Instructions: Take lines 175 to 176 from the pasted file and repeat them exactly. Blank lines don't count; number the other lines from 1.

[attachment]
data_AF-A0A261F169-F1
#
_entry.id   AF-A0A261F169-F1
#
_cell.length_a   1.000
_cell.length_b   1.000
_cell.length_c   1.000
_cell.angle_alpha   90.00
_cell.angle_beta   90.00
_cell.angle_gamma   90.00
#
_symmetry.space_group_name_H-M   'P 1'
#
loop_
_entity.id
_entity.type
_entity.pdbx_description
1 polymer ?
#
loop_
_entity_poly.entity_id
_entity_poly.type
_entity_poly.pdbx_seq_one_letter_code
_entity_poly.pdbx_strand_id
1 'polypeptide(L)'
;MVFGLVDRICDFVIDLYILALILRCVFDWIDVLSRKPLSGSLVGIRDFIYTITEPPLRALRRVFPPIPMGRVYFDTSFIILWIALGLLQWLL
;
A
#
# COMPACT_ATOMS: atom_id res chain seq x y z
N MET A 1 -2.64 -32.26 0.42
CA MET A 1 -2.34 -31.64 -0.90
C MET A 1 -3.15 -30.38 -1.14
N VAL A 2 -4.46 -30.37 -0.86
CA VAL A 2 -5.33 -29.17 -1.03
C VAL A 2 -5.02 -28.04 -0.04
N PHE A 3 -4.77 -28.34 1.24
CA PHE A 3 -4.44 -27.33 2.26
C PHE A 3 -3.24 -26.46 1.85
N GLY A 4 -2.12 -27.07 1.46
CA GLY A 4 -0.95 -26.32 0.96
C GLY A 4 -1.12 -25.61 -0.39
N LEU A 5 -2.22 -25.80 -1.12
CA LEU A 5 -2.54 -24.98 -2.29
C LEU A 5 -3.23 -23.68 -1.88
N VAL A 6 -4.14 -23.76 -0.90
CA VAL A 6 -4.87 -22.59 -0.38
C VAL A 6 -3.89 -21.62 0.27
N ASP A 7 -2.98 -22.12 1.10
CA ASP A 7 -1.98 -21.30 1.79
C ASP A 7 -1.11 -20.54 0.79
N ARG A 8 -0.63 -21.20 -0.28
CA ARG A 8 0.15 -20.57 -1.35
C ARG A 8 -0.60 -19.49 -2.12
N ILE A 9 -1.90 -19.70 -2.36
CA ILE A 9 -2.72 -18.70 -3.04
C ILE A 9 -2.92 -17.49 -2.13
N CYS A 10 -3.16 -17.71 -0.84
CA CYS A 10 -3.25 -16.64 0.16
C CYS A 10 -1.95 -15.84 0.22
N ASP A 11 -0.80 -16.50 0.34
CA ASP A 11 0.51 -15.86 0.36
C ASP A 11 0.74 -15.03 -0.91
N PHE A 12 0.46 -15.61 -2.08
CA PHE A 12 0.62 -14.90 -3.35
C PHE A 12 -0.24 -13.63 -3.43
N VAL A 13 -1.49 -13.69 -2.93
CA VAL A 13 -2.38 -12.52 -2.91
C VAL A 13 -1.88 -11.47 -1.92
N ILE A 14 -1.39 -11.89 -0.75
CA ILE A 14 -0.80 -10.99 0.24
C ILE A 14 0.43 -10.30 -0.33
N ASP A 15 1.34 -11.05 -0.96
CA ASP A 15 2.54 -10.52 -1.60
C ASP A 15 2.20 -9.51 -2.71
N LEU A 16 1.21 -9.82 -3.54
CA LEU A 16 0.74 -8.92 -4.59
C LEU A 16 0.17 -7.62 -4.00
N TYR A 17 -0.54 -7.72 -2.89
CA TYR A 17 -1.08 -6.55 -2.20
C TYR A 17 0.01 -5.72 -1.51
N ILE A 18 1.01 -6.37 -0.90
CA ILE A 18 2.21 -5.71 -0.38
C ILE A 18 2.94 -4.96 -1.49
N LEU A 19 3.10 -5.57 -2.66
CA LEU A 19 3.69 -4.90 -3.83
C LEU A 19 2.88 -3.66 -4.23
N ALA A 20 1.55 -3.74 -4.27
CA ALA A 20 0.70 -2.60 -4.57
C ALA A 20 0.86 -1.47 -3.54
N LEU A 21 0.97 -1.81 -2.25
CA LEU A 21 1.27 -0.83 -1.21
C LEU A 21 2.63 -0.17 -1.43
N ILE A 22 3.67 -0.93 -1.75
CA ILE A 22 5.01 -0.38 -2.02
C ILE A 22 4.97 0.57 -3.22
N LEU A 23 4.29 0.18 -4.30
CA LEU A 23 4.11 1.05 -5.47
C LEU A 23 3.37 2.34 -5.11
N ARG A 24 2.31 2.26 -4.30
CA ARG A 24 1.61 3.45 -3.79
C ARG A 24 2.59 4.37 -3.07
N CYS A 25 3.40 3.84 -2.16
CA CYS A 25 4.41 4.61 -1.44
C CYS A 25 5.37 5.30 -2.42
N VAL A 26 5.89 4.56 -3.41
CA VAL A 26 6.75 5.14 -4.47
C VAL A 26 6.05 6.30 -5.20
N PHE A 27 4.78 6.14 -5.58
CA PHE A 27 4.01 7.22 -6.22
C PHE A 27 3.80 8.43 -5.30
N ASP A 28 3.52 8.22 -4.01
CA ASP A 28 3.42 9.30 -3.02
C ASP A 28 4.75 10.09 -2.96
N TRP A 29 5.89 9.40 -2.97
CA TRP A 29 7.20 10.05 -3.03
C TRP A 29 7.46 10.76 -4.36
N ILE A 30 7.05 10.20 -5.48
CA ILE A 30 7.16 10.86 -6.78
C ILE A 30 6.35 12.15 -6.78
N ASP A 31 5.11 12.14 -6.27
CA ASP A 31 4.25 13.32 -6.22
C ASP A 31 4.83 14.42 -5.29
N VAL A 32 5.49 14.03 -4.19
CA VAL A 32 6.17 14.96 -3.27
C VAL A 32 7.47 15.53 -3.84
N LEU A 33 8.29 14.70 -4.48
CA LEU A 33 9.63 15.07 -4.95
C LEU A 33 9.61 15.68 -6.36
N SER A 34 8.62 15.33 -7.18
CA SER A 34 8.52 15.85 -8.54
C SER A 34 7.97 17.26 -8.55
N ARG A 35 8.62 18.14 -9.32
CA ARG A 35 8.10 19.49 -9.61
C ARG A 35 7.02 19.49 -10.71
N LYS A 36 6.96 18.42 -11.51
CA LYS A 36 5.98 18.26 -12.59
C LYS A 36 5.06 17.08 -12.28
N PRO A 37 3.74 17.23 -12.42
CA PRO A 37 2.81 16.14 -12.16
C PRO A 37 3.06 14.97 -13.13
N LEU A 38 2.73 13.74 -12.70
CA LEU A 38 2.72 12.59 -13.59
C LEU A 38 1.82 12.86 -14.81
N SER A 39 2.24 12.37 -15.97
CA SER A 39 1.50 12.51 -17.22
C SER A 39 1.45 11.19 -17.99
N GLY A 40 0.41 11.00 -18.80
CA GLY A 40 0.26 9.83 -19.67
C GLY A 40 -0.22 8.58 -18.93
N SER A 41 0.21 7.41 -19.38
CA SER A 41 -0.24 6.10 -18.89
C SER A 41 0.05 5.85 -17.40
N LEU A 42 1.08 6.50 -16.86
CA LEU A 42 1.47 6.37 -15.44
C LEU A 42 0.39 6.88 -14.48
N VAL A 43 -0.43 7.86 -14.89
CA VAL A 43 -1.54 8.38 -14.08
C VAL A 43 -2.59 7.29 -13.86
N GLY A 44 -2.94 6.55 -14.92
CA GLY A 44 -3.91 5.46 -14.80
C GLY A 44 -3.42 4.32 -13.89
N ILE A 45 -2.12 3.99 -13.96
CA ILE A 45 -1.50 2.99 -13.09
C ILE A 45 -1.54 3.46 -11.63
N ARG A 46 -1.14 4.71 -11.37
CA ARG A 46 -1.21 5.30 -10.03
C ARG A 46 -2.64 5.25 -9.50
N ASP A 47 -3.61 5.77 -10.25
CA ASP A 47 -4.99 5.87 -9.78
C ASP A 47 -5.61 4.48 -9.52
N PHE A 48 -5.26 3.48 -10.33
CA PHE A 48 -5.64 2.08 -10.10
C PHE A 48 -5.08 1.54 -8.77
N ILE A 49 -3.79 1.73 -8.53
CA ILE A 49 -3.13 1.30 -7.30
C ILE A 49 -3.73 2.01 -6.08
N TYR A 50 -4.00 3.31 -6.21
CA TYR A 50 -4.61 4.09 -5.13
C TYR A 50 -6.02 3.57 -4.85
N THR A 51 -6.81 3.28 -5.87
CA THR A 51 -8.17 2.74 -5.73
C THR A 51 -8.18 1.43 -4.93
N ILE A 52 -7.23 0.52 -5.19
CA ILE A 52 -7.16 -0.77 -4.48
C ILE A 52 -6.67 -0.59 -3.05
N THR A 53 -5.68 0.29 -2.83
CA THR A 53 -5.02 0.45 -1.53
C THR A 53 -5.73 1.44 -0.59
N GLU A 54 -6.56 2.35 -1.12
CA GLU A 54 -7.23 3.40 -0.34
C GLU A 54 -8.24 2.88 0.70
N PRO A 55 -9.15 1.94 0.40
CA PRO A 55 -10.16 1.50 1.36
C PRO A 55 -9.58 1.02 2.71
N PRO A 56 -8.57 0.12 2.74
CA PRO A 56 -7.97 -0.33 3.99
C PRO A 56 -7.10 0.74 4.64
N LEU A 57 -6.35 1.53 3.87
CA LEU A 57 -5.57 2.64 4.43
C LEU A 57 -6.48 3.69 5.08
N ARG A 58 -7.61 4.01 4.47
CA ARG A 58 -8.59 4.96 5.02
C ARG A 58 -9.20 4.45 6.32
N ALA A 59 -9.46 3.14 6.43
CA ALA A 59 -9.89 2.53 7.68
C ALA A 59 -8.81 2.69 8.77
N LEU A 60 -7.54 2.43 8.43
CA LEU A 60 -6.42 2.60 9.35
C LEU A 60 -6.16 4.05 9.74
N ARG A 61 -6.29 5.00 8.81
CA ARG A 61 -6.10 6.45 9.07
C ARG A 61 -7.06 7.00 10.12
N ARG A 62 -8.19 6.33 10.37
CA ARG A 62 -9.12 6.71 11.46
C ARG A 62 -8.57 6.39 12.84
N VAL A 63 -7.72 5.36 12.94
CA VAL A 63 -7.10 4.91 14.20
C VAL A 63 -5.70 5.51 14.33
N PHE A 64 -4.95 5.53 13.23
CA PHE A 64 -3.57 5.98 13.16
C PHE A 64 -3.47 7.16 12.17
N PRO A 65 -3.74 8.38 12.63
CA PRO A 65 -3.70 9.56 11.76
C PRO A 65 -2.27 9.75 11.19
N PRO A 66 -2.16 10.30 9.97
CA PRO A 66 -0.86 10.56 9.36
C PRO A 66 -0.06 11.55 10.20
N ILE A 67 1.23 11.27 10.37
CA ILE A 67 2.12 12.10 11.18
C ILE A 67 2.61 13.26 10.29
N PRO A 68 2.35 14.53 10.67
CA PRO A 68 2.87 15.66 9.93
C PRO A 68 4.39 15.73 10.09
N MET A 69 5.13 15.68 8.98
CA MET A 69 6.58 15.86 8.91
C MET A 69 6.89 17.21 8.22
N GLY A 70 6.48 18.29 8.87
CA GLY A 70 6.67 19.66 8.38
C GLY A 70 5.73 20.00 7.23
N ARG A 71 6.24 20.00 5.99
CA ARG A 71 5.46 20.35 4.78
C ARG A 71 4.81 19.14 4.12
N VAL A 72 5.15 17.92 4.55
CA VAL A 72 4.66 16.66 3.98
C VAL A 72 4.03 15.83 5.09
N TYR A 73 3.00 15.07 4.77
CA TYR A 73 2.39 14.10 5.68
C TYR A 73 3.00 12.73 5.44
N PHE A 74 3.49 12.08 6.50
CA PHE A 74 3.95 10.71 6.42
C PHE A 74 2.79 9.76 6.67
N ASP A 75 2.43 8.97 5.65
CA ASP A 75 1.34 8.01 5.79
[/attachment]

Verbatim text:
N ILE A 49 -3.79 1.73 -8.53
CA ILE A 49 -3.13 1.30 -7.30